Stephen Hawking, the prodigious British theoretical cosmologist who became an international celebrity, died at his home in Cambridge, U.K., early today, at the age of 76. Hawking, who spent his entire career at the University of Cambridge, suffered from amyotrophic lateral sclerosis, a degenerative nerve disease with which he was diagnosed in his 20s. The disease confined Hawking to a wheelchair for most of his adult life and eventually rendered him capable of speaking only through a computer-controlled voice synthesizer. ... Continue Reading →
Hinxton, (Scicasts) — A study published today (March 2) in the American Journal of Psychiatry details the discovery of three additional genetic risk markers for depression, building on the discovery of two genetic risk factors in 2015.
Researchers at Virginia Commonwealth University, the European Bioinformatics Institute (EMBL-EBI) and Wellcome Sanger Institute have found that the contribution of genetic variations to depression may differ between people who have experienced serious adversities in their life and those who haven’t. By carrying out a genome-wide ... Continue Reading →
Mental illness affects one in six U.S. adults, but scientists’ sense of the underlying biology of most psychiatric disorders remains nebulous. That’s frustrating for physicians treating the diseases, who must also make diagnoses based on symptoms that may only appear sporadically. No laboratory blood test or brain scan can yet distinguish whether someone has depression or bipolar disorder, for example.
Now, however, a large-scale analysis of postmortem brains is revealing distinctive molecular traces in people with mental illness. This week, an ... Continue Reading →
Three Virginia Commonwealth University faculty have been recognized in a list of the top 1 percent of most-cited researchers in 2017. The list was aggregated by Clarivate Analytics, which uses data from Web of Science, a major scientific citation indexing service, to identify qualifying researchers.
VCU faculty on the Highly Cited Researcher list for 2017 include Arun Sanyal, M.D., a professor of internal medicine in the School of Medicine; Thomas Eissenberg, Ph.D., a professor of psychology in the Continue Reading →
Parent-to-offspring transmission of risk for major depression is the result of genetic factors and child-rearing experiences to an approximately equal degree, according to a new study conducted by researchers at Virginia Commonwealth University and Lund University in Sweden. The discovery is the result of the first large-scale adoption study of major depression.
The study, “Sources of Parent-Offspring Resemblance for Major Depression in a National Swedish Extended Adoption Study,” published Dec. 13 in JAMA Psychiatry, a monthly, peer-reviewed medical journal produced by the American ... Continue Reading →
The MCV Campus at VCU Health is a hub of discovery and innovation that has borne life-saving patient care, catalytic research and formative education for nearly 180 years. Historically, it has led the nation in areas such as burn care, transplantation and curriculum development.
Today, the MCV Campus is one of the top academic health centers in the country, linking five schools of health sciences, the region’s only full-service children’s hospital, a Level I trauma center and one of only two ... Continue Reading →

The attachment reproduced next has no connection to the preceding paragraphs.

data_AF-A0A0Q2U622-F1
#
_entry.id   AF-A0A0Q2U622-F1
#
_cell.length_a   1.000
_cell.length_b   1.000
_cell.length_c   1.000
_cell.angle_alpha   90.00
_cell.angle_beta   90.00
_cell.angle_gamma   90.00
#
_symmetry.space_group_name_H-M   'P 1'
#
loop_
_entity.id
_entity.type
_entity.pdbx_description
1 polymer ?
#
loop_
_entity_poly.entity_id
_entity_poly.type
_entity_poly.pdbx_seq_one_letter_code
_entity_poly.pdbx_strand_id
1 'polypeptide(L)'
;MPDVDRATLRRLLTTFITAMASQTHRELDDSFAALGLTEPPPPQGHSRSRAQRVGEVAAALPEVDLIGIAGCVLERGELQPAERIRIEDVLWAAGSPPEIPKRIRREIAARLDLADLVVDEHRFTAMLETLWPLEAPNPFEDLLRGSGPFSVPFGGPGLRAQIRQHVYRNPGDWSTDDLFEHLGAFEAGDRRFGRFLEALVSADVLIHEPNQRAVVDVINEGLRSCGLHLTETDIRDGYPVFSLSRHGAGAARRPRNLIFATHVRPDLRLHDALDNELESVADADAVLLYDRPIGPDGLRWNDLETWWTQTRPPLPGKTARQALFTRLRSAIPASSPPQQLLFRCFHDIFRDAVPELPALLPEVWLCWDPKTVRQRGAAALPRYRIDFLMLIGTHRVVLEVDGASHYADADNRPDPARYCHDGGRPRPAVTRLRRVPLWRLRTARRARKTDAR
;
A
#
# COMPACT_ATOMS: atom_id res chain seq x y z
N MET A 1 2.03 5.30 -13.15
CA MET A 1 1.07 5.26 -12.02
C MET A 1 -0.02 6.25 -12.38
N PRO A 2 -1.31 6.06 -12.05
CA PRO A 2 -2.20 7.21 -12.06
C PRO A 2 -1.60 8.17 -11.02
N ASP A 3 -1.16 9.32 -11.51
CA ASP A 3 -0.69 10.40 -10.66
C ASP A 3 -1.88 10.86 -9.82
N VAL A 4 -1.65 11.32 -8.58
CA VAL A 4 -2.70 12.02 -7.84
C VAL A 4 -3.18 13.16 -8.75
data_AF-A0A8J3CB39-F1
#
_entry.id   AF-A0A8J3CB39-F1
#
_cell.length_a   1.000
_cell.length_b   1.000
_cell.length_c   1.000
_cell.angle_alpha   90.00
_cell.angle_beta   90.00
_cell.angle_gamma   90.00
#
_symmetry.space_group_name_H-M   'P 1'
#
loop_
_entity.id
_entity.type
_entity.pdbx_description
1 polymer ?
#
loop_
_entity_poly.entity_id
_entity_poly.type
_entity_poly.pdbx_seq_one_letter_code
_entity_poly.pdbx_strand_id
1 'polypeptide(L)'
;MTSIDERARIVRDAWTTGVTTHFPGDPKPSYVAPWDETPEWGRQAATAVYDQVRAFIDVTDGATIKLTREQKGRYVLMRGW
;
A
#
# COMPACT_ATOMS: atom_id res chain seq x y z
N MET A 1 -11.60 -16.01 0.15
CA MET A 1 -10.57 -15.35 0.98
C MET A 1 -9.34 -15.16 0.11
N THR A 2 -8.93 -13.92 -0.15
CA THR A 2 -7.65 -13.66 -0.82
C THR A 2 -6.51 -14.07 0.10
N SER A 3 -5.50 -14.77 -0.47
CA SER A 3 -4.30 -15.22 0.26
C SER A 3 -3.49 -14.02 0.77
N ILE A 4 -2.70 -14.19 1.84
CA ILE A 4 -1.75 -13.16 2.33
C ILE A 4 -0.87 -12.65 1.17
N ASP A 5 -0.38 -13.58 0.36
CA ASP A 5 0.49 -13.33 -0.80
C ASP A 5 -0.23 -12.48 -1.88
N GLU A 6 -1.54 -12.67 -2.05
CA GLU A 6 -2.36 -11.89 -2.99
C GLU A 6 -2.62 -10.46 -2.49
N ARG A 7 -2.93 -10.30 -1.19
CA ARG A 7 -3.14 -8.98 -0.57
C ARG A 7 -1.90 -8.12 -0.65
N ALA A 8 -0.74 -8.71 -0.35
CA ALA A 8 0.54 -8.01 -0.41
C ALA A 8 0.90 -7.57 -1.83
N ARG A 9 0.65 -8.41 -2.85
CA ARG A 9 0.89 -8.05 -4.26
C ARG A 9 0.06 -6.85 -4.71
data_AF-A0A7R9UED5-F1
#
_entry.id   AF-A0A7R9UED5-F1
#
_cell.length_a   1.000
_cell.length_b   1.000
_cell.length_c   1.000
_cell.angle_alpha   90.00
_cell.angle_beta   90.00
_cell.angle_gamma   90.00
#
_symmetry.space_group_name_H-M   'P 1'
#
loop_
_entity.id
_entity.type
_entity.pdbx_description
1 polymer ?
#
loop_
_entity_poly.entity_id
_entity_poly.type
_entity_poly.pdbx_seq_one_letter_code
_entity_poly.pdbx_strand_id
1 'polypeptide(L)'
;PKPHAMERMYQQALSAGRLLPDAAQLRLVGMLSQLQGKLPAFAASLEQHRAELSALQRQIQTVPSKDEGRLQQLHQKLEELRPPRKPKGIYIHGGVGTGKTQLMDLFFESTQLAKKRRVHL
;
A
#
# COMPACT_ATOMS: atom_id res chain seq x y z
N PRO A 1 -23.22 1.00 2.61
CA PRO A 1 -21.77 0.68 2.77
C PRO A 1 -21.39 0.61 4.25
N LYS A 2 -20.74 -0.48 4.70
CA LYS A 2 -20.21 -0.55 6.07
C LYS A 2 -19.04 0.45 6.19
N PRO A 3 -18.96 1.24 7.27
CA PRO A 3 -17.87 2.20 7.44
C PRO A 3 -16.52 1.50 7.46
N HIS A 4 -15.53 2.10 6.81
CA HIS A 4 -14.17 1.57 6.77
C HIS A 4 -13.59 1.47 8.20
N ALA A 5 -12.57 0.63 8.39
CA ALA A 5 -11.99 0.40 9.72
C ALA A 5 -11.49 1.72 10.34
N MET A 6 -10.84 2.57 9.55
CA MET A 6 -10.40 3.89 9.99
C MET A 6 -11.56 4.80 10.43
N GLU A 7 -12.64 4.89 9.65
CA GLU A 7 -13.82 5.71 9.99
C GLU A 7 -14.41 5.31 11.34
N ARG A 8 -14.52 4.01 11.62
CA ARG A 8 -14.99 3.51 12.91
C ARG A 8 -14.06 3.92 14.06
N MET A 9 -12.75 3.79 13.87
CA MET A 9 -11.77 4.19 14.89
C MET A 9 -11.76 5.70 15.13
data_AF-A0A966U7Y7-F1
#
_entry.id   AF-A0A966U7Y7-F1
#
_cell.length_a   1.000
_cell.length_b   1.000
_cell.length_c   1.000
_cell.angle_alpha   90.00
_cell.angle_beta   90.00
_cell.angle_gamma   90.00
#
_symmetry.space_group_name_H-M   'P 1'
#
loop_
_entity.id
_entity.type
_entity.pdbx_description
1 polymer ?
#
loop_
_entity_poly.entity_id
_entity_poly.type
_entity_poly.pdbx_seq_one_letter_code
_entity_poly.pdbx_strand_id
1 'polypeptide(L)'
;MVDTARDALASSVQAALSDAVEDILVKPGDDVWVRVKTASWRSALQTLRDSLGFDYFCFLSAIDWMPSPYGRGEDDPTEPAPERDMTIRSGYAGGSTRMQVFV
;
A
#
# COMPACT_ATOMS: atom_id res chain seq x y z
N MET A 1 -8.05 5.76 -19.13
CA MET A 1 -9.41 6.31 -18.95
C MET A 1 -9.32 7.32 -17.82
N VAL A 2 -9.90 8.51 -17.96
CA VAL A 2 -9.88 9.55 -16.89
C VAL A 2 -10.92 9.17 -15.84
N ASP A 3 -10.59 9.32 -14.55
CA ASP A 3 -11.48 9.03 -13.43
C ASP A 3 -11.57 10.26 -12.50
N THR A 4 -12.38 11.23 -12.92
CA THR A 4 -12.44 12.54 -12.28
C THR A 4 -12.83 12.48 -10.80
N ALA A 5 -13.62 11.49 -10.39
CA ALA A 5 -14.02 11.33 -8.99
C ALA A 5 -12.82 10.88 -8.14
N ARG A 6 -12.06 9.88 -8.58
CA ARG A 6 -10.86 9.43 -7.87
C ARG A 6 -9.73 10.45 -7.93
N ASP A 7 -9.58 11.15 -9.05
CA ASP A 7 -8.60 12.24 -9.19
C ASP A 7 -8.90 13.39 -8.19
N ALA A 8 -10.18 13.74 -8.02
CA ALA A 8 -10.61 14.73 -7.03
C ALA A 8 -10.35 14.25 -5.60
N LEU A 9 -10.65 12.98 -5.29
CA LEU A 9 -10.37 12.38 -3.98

NEW YORK (Reuters Health) – Patients with major depressive disorder who experience increases in appetite, weight, or both have a higher genetic risk for obesity-related traits such as high body-mass index (BMI) and elevated levels of leptin and inflammation, researchers suggest.
“As clinicians, we are well aware that depression is highly heterogeneous, and patients with the same diagnosis of major depressive disorder may present with very different symptom profiles,” Dr. Yuri Milaneschi of VU University Medical Center Amsterdam in the Netherlands ... Continue Reading →
Children of divorced parents are more likely to get divorced when compared to those who grew up in two-parent families — and genetic factors are the primary explanation, according to a new study by researchers at Virginia Commonwealth University and Lund University in Sweden.
“Genetics, the Rearing Environment, and the Intergenerational Transmission of Divorce: A Swedish National Adoption Study,” which will be published in a forthcoming issue of the journal Psychological Science, analyzed Swedish population registries and found ... Continue Reading →
Researchers in Sweden and at Virginia Commonwealth University, have concluded that pregnancy can be a powerful motivator to quit drug abuse.
VCU’s Kenneth Kendler, MD, Professor of psychiatry and first author of the study of 150 thousand women showing pregnancy played a powerful role, “The main results of this study were that rates of drug abuse declined 78% during pregnancy…similarly strong effects were found to extend after pregnancy when the women had little toddlers that they had to care for.”
Dr. ... Continue Reading →
As part of a new course at Virginia Commonwealth University, students have authored papers analyzing pop songs — “Your Love is my Drug” by Kesha, “Drunk on a Plane” by Dierks Bentley, and Huey Lewis and the News’ “I Want a New Drug” among them — that deal with themes and metaphors related to romantic relationships and drug and alcohol abuse.
“I analyzed Justin Timberlake’s ‘Pusher Love Girl,’” said Ashley Stewart, a senior in the Department of Psychology in the College ... Continue Reading →